Korea's new history textbook stirs ideological debate

Updated: 2013-06-13 13:32

(www.asianewsnet.net/The Korea Herald)

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A new history textbook authored by conservative scholars is taking a barrage of criticism, even as its content has yet to be unveiled.

The dispute over the book from Kyohak Publishing Co. illustrates the depth of ideological division in Korea despite strenuous state and civic campaigns for reconciliation.

It is one of eight textbooks preliminarily approved for high school use from next year by the National Institute of Korean History, the screening panel commissioned by the Education Ministry.

Progressives are campaigning to block its final authorisation due in August, claiming it contains biased views and distortions.

Criticism was focused on its alleged underestimation of pro-democracy movements. For instance, the Gwangju Democratic Movement on May 18, 1980, is termed a “a riot”, while the Student Revolution on April 19, 1960, is described as a “student movement”.

Critics also claim that it describes some independence fighters against Japan’s colonial rule (1910-1945) as “terrorists”.

Rep. Bae Jae-jeung of the main opposition Democratic Party has pledged to stop the textbook from being published. Jang Hui-gook, Gwangju education chief, has vowed to dissuade schools from using it.

One of the authors, however, told The Korea Herald that the textbook did not contain such content.

“No one has read our textbook yet,” said coauthor Lee Myung-hee, professor of history at Kongju National University.

While it is not allowed to reveal contents before August, Internet postings and some newspapers are spreading “groundless rumours”, he said.

“I don’t understand why people raise so many questions about our textbook even before its release.”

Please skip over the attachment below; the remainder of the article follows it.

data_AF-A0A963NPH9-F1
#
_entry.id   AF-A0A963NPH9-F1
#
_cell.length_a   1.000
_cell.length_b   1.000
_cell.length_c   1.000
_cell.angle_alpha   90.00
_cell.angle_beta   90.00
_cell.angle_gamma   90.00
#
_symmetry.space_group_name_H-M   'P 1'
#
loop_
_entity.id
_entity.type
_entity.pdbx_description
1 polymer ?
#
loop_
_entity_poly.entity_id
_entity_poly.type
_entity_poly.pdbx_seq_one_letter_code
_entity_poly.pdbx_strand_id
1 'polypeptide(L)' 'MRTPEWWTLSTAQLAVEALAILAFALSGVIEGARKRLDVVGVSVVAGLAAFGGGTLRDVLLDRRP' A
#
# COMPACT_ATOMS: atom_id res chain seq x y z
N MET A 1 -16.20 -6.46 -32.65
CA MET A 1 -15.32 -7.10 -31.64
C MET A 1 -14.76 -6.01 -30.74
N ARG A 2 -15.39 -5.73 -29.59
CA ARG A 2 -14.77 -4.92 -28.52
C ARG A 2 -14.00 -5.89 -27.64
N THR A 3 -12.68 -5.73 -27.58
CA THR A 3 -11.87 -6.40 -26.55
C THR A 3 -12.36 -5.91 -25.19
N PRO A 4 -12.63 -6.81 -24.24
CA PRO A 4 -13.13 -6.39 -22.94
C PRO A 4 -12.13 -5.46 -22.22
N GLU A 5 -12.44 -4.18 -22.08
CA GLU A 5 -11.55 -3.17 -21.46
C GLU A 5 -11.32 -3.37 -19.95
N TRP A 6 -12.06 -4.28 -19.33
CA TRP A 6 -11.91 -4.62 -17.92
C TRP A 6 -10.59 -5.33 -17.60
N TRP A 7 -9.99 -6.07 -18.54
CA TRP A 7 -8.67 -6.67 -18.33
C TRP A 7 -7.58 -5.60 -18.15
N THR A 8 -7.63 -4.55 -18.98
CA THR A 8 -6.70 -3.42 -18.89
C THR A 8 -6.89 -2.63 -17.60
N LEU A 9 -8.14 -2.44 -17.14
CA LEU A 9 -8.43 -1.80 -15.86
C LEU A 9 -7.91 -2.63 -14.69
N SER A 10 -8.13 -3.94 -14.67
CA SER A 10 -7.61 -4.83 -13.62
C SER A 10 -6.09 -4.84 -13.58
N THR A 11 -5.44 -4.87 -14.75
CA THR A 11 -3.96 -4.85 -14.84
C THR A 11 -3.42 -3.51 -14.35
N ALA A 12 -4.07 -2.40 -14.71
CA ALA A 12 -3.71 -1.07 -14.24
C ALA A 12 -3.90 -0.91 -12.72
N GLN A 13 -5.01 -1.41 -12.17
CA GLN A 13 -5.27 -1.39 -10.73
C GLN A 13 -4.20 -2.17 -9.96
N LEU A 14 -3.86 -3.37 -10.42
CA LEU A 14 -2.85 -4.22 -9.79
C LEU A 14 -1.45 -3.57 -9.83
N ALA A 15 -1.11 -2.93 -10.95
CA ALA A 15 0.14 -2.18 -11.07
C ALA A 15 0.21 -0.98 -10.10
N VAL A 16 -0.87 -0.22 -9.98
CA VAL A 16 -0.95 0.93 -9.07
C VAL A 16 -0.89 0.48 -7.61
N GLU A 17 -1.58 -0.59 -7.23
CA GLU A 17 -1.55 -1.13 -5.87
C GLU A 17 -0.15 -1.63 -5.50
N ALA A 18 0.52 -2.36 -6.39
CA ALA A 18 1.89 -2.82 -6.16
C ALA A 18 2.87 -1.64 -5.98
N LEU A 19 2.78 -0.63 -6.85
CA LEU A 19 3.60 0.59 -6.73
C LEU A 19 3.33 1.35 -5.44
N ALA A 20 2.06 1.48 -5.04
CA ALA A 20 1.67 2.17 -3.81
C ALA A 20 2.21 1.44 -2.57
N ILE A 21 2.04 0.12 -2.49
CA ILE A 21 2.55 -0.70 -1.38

Some may suspect it of bias simply because it was written by conservative historians, Lee added.

He is part of the six-member writing panel which comprises two members of the Association for Contemporary Korean History, including Lee and Kwon Hee-young, the association’s president.

The association of the so-called “New Right” historians was set up in 2011 with an aim to fix biased research and education.

Teaching the nation’s checkered modern history, marred by colonisation, ideological confrontation, the Korean War and military dictatorships, has been a highly sensitive issue.

The increasing assertiveness of the conservatives has further fueled the disputes which initially centered on the assessment of the late dictator Park Chung-hee, who they credited with laying the groundwork for Korea’s economic development.

One of the most controversial issues is their recognition that Imperial Japan’s rule contributed to Korea’s modernisation.

Asked about the new textbook’s descriptions regarding the colonial period, Lee noted that it does detail some of the achievements during the time, such as a “modern public school system and industrial infrastructure”.

He said that so far other textbooks only described the period with a “dichotomist view” between Japan’s acts of invasion and the country’s struggle for liberation.

“But we try to see how the modernisation accrued during the period by writing the facts rather than evaluating and interpreting the history,” he added.

The Association for Historical Justice, a civic group consisting of liberal historians, has already denounced the New Right historians for trying to “distort and diminish” Korea’s liberation movement.

“They are trying to glamorise activists who supported Imperial Japan by publishing the distorted history textbook,” the association said in a statement.

Lee Shin-cheol, research professor of East Asian history at Sungkyunkwan University, explained that the debates surrounding history textbooks first began after the government allowed private publishers to publish history textbooks in 2003. Before that, schools used only state-authorised history textbooks.

Lee said he believes having a wide range of history textbooks helps students see “various perceptions” of history, noting that other advanced countries also use history textbooks from private publishers.

“The problem is not the system, but the ones who try to write history with political motivations,” he said.

Publishers are currently revising and modifying the eight textbooks according to the recommendations of the screening committee, and a final list of authorised textbooks will be released on August 30.

It is up to each high school to select their textbooks from the list, and the selected textbooks will be used from 2014.

Lee of Kongju University said he that the country still lacked collaboration and discussion between historians due to their divided ideological views.

“What we need now is not political debate, but academic discussion,” he added.